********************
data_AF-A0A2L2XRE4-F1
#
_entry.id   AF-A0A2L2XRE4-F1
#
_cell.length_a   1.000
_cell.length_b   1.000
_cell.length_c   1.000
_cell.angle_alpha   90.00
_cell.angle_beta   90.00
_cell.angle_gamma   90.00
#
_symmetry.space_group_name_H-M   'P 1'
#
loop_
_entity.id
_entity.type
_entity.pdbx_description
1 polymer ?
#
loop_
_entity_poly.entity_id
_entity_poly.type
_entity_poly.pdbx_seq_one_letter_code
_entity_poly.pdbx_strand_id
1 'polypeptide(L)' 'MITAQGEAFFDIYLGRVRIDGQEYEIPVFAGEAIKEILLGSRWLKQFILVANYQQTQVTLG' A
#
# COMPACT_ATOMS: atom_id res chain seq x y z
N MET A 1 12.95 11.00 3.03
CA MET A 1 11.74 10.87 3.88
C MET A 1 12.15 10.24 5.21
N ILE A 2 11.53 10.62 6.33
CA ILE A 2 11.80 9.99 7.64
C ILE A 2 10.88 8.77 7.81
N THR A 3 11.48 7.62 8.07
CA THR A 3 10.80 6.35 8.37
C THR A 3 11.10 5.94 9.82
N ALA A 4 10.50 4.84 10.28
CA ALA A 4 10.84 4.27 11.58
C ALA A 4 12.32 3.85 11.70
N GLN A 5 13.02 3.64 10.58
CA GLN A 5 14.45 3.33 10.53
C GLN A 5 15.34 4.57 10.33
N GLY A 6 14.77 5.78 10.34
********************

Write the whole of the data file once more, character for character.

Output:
data_AF-A0A2L2XRE4-F1
#
_entry.id   AF-A0A2L2XRE4-F1
#
_cell.length_a   1.000
_cell.length_b   1.000
_cell.length_c   1.000
_cell.angle_alpha   90.00
_cell.angle_beta   90.00
_cell.angle_gamma   90.00
#
_symmetry.space_group_name_H-M   'P 1'
#
loop_
_entity.id
_entity.type
_entity.pdbx_description
1 polymer ?
#
loop_
_entity_poly.entity_id
_entity_poly.type
_entity_poly.pdbx_seq_one_letter_code
_entity_poly.pdbx_strand_id
1 'polypeptide(L)' 'MITAQGEAFFDIYLGRVRIDGQEYEIPVFAGEAIKEILLGSRWLKQFILVANYQQTQVTLG' A
#
# COMPACT_ATOMS: atom_id res chain seq x y z
N MET A 1 12.95 11.00 3.03
CA MET A 1 11.74 10.87 3.88
C MET A 1 12.15 10.24 5.21
N ILE A 2 11.53 10.62 6.33
CA ILE A 2 11.80 9.99 7.64
C ILE A 2 10.88 8.77 7.81
N THR A 3 11.48 7.62 8.07
CA THR A 3 10.80 6.35 8.37
C THR A 3 11.10 5.94 9.82
N ALA A 4 10.50 4.84 10.28
CA ALA A 4 10.84 4.27 11.58
C ALA A 4 12.32 3.85 11.70
N GLN A 5 13.02 3.64 10.58
CA GLN A 5 14.45 3.33 10.53
C GLN A 5 15.34 4.57 10.33
N GLY A 6 14.77 5.78 10.34